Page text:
Curtis keen to keep his cool in the whirlwind

It did not take long for Ben Curtis to upset someone. Tournament officials at the Greater Hartford Open, taking place this weekend in Cromwell, Connecticut, understood, at least publicly, the reasons for the new Open champion withdrawing from their event.

Curtis pleaded exhaustion. He might have added bewilderment, having swapped his low-key status as a rookie on tour for the spotlight of being the most surprising major champion for decades.

Curtis left Kent, England, saying he would not change as a person. He arrived home in Kent, Ohio, to find out life was changing around him. He appeared on the top-rated breakfast programme, The Today Show, on Tuesday morning and with David Letterman, king of the late-night chat shows, on Thursday. A month ago, he was in the Letterman audience after a friend got him some tickets.

What he did not do was play, as originally scheduled, in the Greater Hartford Open, which got the Hartford Courant newspaper slightly upset. "Ben Curtis made a commitment to the 2003 GHO. He did it when he was a nobody, when he was ranked 396th in the world," thundered their sports columnist. "His decision doesn't make him evil. His decision, however, does show this country boy to be city slick. The little-time boy learned quickly how to be big-time."

Ian Baker-Finch won The Open in 1991 and immediately went to play in the GHO as he had planned. He just made the cut and finished joint last, but showed off the claret jug in the clubhouse. Few could expect Curtis to perform so soon after his astonishing victory, for which neither he nor anyone else was prepared.

"It's been a whirlwind few days," said Jay Danzi, Curtis's agent at IMG. "We're trying to let Ben sleep it off." His sudden success leaves the 26-year-old with two problems, albeit nice problems to have. There is living up to the expectations on the course of both himself and everyone watching. Before Sunday, his best result was 13th.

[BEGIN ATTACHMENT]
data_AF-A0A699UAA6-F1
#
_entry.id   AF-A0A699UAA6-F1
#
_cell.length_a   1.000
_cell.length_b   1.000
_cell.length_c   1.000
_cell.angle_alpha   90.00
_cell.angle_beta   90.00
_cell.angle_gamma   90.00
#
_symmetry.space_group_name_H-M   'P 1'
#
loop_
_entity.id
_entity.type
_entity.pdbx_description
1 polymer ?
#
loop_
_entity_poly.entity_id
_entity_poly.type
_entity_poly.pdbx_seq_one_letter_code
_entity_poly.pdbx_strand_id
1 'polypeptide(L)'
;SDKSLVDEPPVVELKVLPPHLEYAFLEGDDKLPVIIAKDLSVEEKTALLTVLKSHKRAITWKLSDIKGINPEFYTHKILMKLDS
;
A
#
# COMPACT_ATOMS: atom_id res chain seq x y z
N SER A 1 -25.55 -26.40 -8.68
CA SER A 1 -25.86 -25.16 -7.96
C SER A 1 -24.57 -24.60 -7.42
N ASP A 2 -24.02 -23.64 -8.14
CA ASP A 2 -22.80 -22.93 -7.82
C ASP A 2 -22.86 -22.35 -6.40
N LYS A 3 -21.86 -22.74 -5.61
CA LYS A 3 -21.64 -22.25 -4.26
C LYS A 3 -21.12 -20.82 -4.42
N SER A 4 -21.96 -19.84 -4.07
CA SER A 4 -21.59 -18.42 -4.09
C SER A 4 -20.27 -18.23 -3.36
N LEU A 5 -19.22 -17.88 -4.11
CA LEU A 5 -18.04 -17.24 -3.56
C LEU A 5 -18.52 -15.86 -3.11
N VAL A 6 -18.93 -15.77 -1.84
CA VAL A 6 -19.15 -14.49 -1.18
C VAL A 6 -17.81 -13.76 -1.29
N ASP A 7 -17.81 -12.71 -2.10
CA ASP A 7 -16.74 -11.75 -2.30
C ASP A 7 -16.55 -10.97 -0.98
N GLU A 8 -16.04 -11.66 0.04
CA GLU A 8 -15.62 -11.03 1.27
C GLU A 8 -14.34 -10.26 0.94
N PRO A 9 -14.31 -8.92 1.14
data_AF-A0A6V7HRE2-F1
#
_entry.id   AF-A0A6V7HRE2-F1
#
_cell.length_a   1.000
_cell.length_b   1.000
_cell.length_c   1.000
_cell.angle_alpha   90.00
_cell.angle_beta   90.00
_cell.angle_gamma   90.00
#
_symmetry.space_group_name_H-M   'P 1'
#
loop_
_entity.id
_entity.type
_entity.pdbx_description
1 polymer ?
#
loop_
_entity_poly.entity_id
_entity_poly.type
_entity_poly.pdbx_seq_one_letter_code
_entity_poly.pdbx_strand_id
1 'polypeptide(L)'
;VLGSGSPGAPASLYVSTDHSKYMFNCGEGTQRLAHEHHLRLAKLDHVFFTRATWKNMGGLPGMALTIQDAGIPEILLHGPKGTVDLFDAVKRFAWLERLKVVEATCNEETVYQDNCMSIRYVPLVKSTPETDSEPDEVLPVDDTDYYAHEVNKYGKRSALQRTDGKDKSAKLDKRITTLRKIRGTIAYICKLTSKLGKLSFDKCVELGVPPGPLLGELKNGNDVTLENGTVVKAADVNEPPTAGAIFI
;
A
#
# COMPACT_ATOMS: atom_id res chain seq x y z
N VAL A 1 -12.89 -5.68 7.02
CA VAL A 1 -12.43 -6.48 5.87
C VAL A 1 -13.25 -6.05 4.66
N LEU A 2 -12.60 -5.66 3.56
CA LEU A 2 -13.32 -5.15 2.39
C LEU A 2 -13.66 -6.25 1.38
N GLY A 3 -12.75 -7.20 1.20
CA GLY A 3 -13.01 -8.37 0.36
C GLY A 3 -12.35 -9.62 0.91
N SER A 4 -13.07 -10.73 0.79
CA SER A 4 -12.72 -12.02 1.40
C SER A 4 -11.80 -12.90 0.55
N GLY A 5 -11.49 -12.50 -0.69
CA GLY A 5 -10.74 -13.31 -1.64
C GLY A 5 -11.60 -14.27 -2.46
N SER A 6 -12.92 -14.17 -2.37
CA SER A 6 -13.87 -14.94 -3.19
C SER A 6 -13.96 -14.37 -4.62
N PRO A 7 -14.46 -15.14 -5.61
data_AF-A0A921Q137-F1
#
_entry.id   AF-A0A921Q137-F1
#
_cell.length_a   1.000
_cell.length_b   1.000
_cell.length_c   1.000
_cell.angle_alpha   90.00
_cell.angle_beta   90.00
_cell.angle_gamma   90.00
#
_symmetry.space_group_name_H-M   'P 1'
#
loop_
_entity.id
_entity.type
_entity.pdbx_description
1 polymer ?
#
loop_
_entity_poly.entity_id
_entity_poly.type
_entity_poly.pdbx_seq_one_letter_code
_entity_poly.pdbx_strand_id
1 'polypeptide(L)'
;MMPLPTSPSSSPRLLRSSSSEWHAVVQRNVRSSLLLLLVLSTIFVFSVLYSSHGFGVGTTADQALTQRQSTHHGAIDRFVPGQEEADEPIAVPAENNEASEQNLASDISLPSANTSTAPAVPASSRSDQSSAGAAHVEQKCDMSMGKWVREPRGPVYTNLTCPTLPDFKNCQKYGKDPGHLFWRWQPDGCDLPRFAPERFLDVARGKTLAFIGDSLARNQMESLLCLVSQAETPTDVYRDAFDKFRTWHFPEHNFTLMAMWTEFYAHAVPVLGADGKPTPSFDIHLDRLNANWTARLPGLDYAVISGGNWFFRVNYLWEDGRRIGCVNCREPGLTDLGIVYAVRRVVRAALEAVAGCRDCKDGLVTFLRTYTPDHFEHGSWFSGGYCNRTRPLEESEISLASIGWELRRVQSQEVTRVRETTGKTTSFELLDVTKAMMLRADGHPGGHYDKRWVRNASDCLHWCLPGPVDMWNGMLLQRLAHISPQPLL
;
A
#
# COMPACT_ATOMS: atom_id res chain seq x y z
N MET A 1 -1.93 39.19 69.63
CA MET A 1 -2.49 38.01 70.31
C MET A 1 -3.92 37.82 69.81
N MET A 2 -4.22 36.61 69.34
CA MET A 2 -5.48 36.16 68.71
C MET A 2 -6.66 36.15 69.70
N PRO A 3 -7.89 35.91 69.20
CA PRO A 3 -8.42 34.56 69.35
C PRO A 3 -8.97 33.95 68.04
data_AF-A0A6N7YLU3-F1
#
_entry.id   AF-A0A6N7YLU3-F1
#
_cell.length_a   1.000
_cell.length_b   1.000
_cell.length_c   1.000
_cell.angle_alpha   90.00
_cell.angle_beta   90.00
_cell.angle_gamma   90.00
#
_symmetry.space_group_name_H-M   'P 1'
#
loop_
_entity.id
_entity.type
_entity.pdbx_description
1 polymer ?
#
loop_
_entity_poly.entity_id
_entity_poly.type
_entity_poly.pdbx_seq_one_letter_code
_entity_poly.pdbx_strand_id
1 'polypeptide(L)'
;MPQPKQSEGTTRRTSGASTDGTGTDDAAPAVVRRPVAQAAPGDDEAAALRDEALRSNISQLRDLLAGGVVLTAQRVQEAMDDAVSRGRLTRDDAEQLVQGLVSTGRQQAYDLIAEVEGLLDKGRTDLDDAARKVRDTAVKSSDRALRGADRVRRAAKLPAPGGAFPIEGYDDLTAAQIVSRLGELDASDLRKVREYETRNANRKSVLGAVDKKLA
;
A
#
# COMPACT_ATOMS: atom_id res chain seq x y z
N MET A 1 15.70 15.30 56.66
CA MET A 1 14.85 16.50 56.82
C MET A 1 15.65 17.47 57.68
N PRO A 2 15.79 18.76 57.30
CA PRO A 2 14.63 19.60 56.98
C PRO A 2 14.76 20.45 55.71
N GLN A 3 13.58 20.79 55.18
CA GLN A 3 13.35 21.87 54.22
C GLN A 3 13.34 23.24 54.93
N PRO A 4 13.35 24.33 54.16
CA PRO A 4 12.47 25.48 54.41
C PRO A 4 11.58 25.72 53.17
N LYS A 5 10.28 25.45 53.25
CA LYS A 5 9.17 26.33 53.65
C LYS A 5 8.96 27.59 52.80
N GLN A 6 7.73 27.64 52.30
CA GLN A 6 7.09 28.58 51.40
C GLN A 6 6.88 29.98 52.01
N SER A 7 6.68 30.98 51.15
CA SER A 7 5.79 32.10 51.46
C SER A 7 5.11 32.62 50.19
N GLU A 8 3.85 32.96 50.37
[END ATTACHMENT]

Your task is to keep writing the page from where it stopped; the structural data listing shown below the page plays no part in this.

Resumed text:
More victories will be expected, more majors even. The latter is more his thing, Curtis reckons. "I feel like my game is good for majors," he said, "because you don't have to shoot around 20 under par. You can shoot right around par and have a chance. That's where I feel my game is best." But there is also dealing with all the extraneous issues that come with suddenly becoming a star.

"I think I'll feel more pressure now," Curtis told the New York Times. "Going into the USPGA next month, I'll be the last player to win a major. A lot of attention is going to be on me. People are going to look at me as the Open champion. I'm going to be an attraction, I guess. I say it's not going to bother me, but deep down, I know a lot of people are going to have high expectations."

There will be new sponsorship contracts. His only deal before last Sunday was with a Taiwanese tyre maker, Kenda. Then there is his schedule. He can immediately add the four majors for the next five years - and The Open until he is 65 - plus the world championships and events like the Grand Slam in Hawaii for the year's four major winners. His next trip back to Britain should be for the HSBC World Match Play at Wentworth in October. His biggest scheduling headache concerns the NEC World Invitational, which he could not have conceived of playing in when he planned his wedding to Candace Beatty six months ago for the Saturday of the event. He is trying to compromise - play golf in the afternoon, get married in the evening.

Part of the Curtis story is that up to last Sunday he kept everything simple. Keeping it simple off the course may be his best ally. The Texan Bill Rodgers won The Open at St George's but a few years later had become disillusioned with the professional circuit.

Danzi is aware that Curtis presents a scenario never seen even by IMG. "It's not just that he was an unknown," Danzi said. "It was the way he handled it. He's not going to get caught up in this."

Whatever they think in Hartford, the benefit of the doubt must rest with the Open champion. "I'm not going to turn into a jerk just because I won," he said. "I'm going to be the man I always was."

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